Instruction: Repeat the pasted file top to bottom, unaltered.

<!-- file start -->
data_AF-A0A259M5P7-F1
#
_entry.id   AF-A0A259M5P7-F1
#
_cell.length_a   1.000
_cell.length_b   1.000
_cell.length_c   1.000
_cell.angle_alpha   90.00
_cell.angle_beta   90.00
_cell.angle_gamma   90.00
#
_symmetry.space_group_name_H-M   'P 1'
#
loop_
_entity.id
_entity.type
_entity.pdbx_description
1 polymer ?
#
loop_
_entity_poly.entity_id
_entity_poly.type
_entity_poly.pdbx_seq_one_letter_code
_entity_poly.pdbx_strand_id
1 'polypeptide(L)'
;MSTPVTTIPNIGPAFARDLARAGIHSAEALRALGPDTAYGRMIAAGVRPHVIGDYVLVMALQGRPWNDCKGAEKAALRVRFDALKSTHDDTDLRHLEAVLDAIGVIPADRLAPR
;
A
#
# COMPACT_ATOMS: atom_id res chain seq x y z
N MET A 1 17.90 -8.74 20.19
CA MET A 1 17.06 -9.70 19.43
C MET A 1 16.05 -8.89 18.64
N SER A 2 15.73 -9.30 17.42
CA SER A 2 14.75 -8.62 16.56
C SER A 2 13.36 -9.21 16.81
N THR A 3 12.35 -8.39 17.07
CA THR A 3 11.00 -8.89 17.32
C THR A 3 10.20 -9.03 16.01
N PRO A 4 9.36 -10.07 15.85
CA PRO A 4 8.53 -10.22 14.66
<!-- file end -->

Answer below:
data_AF-A0A259M5P7-F1
#
_entry.id   AF-A0A259M5P7-F1
#
_cell.length_a   1.000
_cell.length_b   1.000
_cell.length_c   1.000
_cell.angle_alpha   90.00
_cell.angle_beta   90.00
_cell.angle_gamma   90.00
#
_symmetry.space_group_name_H-M   'P 1'
#
loop_
_entity.id
_entity.type
_entity.pdbx_description
1 polymer ?
#
loop_
_entity_poly.entity_id
_entity_poly.type
_entity_poly.pdbx_seq_one_letter_code
_entity_poly.pdbx_strand_id
1 'polypeptide(L)'
;MSTPVTTIPNIGPAFARDLARAGIHSAEALRALGPDTAYGRMIAAGVRPHVIGDYVLVMALQGRPWNDCKGAEKAALRVRFDALKSTHDDTDLRHLEAVLDAIGVIPADRLAPR
;
A
#
# COMPACT_ATOMS: atom_id res chain seq x y z
N MET A 1 17.90 -8.74 20.19
CA MET A 1 17.06 -9.70 19.43
C MET A 1 16.05 -8.89 18.64
N SER A 2 15.73 -9.30 17.42
CA SER A 2 14.75 -8.62 16.56
C SER A 2 13.36 -9.21 16.81
N THR A 3 12.35 -8.39 17.07
CA THR A 3 11.00 -8.89 17.32
C THR A 3 10.20 -9.03 16.01
N PRO A 4 9.36 -10.07 15.85
CA PRO A 4 8.53 -10.22 14.66